Thursday, February 21, 2013

Black Teens Deserve More Than Just An Entertainment Magazine

Toria J. Smith, Managing Editor
Black Teen
c/o Sterling Group
475 Park Avenue South
New York, NY 10016
June 2, 1986

Dear Ms. Smith:

After looking through Black Teen, I was greatly disappointed in its contents. A magazine that calls itself Black Teen should, I feel, be about more than singers and musicians.

At a time when our black youth are confronted by brutal policemen, drugs, unemployment, low self-esteem, they need a full-service magazine that can help them move forward in this world. That is not to say that there shouldn't be any entertainment articles. But an entire issue devoted to entertainers? Our youth deserve something better. If our youth are our most important natural resource*, then why is there no article about selecting the right college or career or about black teen achievements or about our African heritage or about the responsibilities of being a parent?

I would like to write for Black Teen, but not if it continues in its present direction. If we are to survive as a people, our young will need to know more than who's the hottest singer or group.

Sincerely yours,
Charles Michael Smith

Note:* I should have used the term "human resource."

Tuesday, February 19, 2013

Gay Men Of Color Tackling Thorny Issues

For Colored Boys Who Have Considered Suicide When the Rainbow Is Still Not Enough: Coming of Age, Coming Out, and Coming Home
Edited by Keith Boykin
Magnus Books, 334 pp.

Despite the social and political progress made by gay men in the late 20th and early 21st centuries, some things--like bullying, bigotry, suicide (attempted and successful), and self-loathing--are constant reminders that there is a need for further change.

For Colored Boys Who Have Considered Suicide When the Rainbow Is Still Not Enough addresses these and other thorny issues through essays and poetry by more than 40 contributors, who represent a diverse cross-section of gay men of color, both ethnically and occupationally.

With the exception of Keith Boykin, the collection's editor, James Earl Hardy, and two or three others, most of the contributors are not yet household names. But that in no way diminishes the power or importance of their words and life experiences, which are presented as tragic or funny or defiant or scary or inspirational.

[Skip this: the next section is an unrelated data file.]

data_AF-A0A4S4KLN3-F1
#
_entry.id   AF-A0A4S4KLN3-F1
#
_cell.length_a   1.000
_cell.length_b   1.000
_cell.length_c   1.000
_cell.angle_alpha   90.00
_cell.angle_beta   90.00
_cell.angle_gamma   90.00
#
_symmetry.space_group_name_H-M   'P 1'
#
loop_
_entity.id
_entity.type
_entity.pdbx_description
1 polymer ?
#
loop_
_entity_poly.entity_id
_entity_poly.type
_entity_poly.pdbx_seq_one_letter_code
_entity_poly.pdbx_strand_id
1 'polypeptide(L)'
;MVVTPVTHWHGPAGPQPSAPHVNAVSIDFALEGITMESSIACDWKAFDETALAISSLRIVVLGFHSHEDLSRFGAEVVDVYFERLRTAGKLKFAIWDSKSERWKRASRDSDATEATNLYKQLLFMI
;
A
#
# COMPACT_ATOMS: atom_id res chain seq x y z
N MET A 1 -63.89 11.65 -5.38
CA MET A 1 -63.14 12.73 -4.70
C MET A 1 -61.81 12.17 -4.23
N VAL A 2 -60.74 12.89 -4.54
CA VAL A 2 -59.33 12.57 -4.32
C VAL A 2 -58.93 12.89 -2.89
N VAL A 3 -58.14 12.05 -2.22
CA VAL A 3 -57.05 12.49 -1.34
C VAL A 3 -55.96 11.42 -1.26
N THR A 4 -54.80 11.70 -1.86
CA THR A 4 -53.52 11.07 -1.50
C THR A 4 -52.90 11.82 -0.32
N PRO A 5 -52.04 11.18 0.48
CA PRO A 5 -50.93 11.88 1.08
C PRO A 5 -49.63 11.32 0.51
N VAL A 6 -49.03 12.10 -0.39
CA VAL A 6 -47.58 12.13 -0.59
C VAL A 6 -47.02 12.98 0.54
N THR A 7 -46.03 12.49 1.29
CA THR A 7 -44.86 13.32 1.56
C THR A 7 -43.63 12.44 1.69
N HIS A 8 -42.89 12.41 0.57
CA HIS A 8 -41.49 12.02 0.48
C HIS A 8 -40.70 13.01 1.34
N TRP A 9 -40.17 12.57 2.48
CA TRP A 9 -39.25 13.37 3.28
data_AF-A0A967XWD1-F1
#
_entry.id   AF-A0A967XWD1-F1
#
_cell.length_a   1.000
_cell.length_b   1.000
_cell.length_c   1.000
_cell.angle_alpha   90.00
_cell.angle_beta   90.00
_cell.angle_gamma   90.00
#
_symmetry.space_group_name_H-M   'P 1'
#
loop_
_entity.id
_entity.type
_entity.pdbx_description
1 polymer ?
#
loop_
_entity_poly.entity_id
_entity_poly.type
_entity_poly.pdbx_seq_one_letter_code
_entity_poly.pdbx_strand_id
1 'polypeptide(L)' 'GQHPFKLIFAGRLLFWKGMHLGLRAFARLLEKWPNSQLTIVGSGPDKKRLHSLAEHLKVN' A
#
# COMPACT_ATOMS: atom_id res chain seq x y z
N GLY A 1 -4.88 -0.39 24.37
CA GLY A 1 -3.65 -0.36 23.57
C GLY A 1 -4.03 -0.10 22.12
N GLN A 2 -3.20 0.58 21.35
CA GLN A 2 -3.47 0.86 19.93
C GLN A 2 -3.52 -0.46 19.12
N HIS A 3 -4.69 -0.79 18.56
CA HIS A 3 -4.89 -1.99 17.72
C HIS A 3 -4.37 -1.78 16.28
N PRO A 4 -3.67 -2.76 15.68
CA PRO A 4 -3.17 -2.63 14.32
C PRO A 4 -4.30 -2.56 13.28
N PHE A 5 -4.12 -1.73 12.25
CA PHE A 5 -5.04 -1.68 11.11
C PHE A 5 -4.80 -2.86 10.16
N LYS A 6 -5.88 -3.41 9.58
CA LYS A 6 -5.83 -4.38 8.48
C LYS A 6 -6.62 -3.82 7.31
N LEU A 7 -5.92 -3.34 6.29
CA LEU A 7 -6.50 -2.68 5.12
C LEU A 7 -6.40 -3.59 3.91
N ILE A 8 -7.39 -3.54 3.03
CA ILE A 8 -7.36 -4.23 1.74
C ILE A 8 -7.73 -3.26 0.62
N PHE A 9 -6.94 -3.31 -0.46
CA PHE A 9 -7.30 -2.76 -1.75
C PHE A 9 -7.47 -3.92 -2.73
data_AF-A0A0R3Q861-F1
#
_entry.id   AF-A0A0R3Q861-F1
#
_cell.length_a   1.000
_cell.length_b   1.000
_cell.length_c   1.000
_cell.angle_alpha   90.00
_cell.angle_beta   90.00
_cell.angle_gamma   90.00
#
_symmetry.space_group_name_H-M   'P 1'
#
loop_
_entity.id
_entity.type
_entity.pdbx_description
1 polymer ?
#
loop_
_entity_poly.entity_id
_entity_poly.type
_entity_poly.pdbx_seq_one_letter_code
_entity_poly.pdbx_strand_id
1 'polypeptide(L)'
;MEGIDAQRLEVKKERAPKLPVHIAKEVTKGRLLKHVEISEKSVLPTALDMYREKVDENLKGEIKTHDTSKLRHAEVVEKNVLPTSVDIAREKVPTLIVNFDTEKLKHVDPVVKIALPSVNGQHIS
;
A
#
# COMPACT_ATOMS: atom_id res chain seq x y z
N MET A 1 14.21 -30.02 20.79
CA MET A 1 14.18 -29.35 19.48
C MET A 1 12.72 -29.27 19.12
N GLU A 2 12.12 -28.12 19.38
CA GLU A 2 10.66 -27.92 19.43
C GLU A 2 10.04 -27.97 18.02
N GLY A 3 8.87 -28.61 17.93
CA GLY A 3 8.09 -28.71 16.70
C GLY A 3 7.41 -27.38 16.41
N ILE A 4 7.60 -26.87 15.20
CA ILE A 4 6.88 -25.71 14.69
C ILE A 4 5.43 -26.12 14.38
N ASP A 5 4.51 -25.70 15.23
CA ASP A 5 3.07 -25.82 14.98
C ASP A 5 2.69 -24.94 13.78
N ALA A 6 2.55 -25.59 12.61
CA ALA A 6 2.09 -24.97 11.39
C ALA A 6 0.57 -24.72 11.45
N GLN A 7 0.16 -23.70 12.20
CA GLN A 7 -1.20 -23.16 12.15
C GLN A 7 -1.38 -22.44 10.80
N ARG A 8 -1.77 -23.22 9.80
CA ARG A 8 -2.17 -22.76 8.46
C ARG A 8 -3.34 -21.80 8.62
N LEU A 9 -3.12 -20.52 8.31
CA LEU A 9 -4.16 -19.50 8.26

"[W]e must tell our own stories," declares Boykin, in the introduction, "in a way that represents us as full human beings." These 40 plus stories attempt to achieve that goal by peeling back the years to reveal the physical and psychic pain meted out to them by peers, family members, pastors, teachers, and others. The pain expressed in these essays is so palpable, so intense I sometimes wondered how they were able to overcome their experiences without losing their minds.

Boykin groups the essays and poems into ten categories such as "Growing Pains," "Faith Under Fire," "Love Is a Battlefield," and "In Sickness and Health," thus giving the reader a broad range of experience.

One essay that particularly stood out for me is Phill Branch's serio-comic "Chicago," which had me on the edge of my chair, as he recalls the time when he was a naive college kid newly arrived in Los Angeles to become "the next Spike Lee." Being "bored, unhappy, and horny," he answers a personal ad in a magazine placed by a black man who says he hails from Chicago and is into "ff" (fisting), "ws" (water sports), and "k" (kink). When Branch arrives at the man's house in a L.A. suburb, he soon regrets answering the ad. "I'd imagined that being gay would come with some obstacles, but I'd never imagined being trapped in a townhouse, in Norwalk, by a man with a plate in his head would be one of them."

Another essay that moved me is Keith Boykin's eloquent, almost cinematic "When I Dare to Be Powerful," a retelling of the "historic but controversial all-male event" called the Million Man March, which took place in Washington, D.C. in 1995. Boykin and his cohorts in a moment of courage and determination, "[f]ists punching  against the air" while chanting a pro-gay slogan, cut a path through the masses of straight black men with surprisingly "no homophobia, no insults, no violence, or conflict."